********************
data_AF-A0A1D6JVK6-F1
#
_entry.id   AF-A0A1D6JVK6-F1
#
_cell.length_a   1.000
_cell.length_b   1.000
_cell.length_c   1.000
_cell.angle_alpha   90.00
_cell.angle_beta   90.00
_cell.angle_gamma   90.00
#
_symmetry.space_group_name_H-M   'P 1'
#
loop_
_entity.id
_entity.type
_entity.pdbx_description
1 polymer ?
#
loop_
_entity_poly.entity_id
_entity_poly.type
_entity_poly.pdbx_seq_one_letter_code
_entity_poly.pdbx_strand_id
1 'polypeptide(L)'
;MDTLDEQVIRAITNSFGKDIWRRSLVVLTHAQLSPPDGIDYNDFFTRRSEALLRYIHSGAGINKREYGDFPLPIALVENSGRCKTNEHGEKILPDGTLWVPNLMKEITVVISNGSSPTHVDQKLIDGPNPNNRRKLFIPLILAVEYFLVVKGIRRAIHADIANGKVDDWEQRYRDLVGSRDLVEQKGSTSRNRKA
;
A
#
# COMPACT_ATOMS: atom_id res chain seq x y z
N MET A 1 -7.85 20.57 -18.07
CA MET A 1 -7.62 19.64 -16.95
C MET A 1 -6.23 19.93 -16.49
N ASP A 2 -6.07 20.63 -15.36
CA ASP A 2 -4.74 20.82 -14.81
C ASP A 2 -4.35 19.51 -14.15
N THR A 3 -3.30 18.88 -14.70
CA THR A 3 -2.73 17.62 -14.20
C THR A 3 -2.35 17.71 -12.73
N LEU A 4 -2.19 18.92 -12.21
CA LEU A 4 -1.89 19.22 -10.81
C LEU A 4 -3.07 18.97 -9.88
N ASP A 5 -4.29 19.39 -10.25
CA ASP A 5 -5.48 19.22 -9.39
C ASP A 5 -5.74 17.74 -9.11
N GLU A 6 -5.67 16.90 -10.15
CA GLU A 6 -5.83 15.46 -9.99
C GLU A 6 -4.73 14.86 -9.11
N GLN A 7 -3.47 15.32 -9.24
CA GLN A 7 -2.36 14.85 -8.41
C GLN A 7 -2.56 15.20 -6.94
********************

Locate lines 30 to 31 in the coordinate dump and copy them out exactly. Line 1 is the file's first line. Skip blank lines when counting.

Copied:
# COMPACT_ATOMS: atom_id res chain seq x y z
N MET A 1 -7.85 20.57 -18.07